You’ve collected your measurement data, but how do you easily make sense out of it? How can you simplify the post-processing of your data and start analyzing it sooner? In this article, I’ll explain how adding some code to your CRBasic program can save you from a post-processing headache later.
As a graduate student, I remember my colleagues often talking about the headache of post-processing data before they could even begin analyzing their data.
As you might imagine, my colleagues and I found all of these post-processing methods to be cumbersome.
For our experiments in graduate school, we were encouraged to keep detailed notes on dates and times, as well as when an experiment moved from one treatment to the next. I understood the importance of keeping good notes, but I wondered if there was a way to save the information in the data table defined in CRBasic.
Most statistical software packages rely on data frames or input files that have a minimum number of columns and large quantities of rows or records. Too often, however, we format our raw data tables without considering the analysis we hope to complete after the data is collected.
Data tables typically include the default time stamp plus record number, and then we just start adding sensor measurements and system voltages. But normally, an experiment includes more—more treatments, more repetitions with multiples of the same sensor, just more information that is used to group the data for exploratory data analysis as well as T-tests, ANOVAs (analyses of variance), or regressions.
So, how can you store information like this in your data table for easy reference? I’ll step you through an example of how to create and manipulate categorical variables in CRBasic. The variables can be edited while the data is collected and stored in the data table.
Note: Even if you’re not familiar with water quality and turbidity measurements, I think you’ll see in this example how easy it is to improve the helpfulness of your data table.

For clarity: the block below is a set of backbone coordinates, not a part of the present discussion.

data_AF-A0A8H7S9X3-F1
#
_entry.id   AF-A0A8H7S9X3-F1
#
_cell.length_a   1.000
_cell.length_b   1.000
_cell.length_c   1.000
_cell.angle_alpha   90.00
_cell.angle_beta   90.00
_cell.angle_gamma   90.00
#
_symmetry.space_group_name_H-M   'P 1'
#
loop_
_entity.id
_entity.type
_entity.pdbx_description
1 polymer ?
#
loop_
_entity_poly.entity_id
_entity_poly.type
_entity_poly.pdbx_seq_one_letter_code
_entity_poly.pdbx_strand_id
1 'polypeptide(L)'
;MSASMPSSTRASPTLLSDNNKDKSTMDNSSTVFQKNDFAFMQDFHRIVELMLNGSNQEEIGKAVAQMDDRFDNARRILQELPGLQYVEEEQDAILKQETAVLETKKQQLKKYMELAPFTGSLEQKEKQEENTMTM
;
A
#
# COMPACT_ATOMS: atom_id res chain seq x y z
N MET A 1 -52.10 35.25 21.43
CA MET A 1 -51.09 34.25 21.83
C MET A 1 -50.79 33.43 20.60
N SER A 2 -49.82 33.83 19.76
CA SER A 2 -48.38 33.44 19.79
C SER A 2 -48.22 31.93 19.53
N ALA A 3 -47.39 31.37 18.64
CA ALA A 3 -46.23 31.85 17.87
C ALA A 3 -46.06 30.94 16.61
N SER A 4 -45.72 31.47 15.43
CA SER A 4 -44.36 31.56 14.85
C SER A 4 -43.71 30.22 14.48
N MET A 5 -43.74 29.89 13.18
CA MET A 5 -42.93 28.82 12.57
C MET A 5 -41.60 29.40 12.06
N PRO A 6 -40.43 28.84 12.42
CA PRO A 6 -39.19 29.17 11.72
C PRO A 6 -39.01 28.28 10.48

In this example, the following question was posed: How does optical turbidity vary at six known concentrations (0, 10, 50, 100, 250, and 1000 mg/L)? To answer this question, data were collected using three OBS500 turbidity meters. The details of the experiment follow:
The first round of data collection produced data tables similar to the one shown in Table 1. The reported values included the time stamp, record number, raw backscatter and sidescatter in millivolts, and backscatter and sidescatter readings in FBU (Formazin Backscatter Unit) and FTU (Formazin Turbidity Unit).
Table 1. Raw data collected during the sediment study.
For this experiment, the time stamp was not important because the measurements were not changing relative to time but to known treatments of sediment (concentration and mineral). Using the current data table setup in the CRBasic program running on my data logger, I had to rely on my detailed notes to post-process the data and figure out which sensor was used, what concentration was measured, and what mineral was used to create the suspension.
After making a few changes to the CRBasic program, I was able to generate a more detailed data table (Table 2) that includes categorical information defined as the following:
Table 2. Data collected for the natural sediment from sensor A at a concentration of 0 mg/L.
To transform my data table from Table 1 to Table 2, I only needed to add a few lines of code to the CRBasic program. Here’s how you can do it too:
Dim SensorA As String * 16 Dim SensorB As String * 16 Dim SensorC As String * 16 Public Concentration As Long
DataTable (SamplesA,1,10000) Sample (9,obs500_measA(),IEEE4) Sample (1,SensorA,String) Sample (1,Concentration,FP2) EndTable DataTable (SamplesB,1,10000) Sample (9,obs500_measB(),IEEE4) Sample (1,SensorB,String) Sample (1,Concentration,FP2) EndTable DataTable (SamplesC,1,10000) Sample (9,obs500_measC(),IEEE4) Sample (1,SensorC,String) Sample (1,Concentration,FP2) EndTable
Define the sensor names within the program. Because we declared the sensors as “Dim” in our program, they will not show up in the public table. So, after your “BeginProg” statement, you will need to define the Name you want for each of the three sensors.
Tip: Remember that the sensors were defined as a 16-character-long string, so the name for each must be less than 16 characters.
In our example, A, B, and C were used. However, you could include serial numbers or model numbers of your sensors. These are not public variables in the sense that they are NOT changing with treatment. I collected 200 measurements per sensor in each treatment.
BeginProg SensorA="A" SensorB="B" SensorC="C"
Now, every time a data table is called, the sensor string and concentration are added to the record as independent columns in the data table. It’s that easy!
I hope this example helps you understand how some simple additions to your CRBasic program code can save you from a post-processing headache later. Feel free to post your questions or comments below.